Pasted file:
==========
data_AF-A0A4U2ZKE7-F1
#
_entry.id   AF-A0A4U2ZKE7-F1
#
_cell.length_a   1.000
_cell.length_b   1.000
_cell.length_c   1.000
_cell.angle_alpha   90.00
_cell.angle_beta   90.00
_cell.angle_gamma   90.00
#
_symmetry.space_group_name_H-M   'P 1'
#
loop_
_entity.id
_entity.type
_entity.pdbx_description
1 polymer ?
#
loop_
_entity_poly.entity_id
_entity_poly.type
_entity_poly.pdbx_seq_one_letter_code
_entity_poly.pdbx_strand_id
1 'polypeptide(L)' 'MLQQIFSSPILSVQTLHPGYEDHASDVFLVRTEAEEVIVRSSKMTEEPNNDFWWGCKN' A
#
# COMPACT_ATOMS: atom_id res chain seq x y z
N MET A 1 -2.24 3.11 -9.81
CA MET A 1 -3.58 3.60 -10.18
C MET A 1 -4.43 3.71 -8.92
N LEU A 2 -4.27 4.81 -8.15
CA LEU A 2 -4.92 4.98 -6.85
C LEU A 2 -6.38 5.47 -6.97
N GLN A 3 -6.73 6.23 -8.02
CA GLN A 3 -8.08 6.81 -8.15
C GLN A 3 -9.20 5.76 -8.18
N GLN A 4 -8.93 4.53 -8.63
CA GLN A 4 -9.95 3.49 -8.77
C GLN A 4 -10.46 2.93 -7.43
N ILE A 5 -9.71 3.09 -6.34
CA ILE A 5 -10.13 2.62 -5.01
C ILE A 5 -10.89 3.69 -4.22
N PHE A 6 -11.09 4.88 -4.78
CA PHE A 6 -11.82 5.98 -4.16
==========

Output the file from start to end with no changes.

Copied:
data_AF-A0A4U2ZKE7-F1
#
_entry.id   AF-A0A4U2ZKE7-F1
#
_cell.length_a   1.000
_cell.length_b   1.000
_cell.length_c   1.000
_cell.angle_alpha   90.00
_cell.angle_beta   90.00
_cell.angle_gamma   90.00
#
_symmetry.space_group_name_H-M   'P 1'
#
loop_
_entity.id
_entity.type
_entity.pdbx_description
1 polymer ?
#
loop_
_entity_poly.entity_id
_entity_poly.type
_entity_poly.pdbx_seq_one_letter_code
_entity_poly.pdbx_strand_id
1 'polypeptide(L)' 'MLQQIFSSPILSVQTLHPGYEDHASDVFLVRTEAEEVIVRSSKMTEEPNNDFWWGCKN' A
#
# COMPACT_ATOMS: atom_id res chain seq x y z
N MET A 1 -2.24 3.11 -9.81
CA MET A 1 -3.58 3.60 -10.18
C MET A 1 -4.43 3.71 -8.92
N LEU A 2 -4.27 4.81 -8.15
CA LEU A 2 -4.92 4.98 -6.85
C LEU A 2 -6.38 5.47 -6.97
N GLN A 3 -6.73 6.23 -8.02
CA GLN A 3 -8.08 6.81 -8.15
C GLN A 3 -9.20 5.76 -8.18
N GLN A 4 -8.93 4.53 -8.63
CA GLN A 4 -9.95 3.49 -8.77
C GLN A 4 -10.46 2.93 -7.43
N ILE A 5 -9.71 3.09 -6.34
CA ILE A 5 -10.13 2.62 -5.01
C ILE A 5 -10.89 3.69 -4.22
N PHE A 6 -11.09 4.88 -4.78
CA PHE A 6 -11.82 5.98 -4.16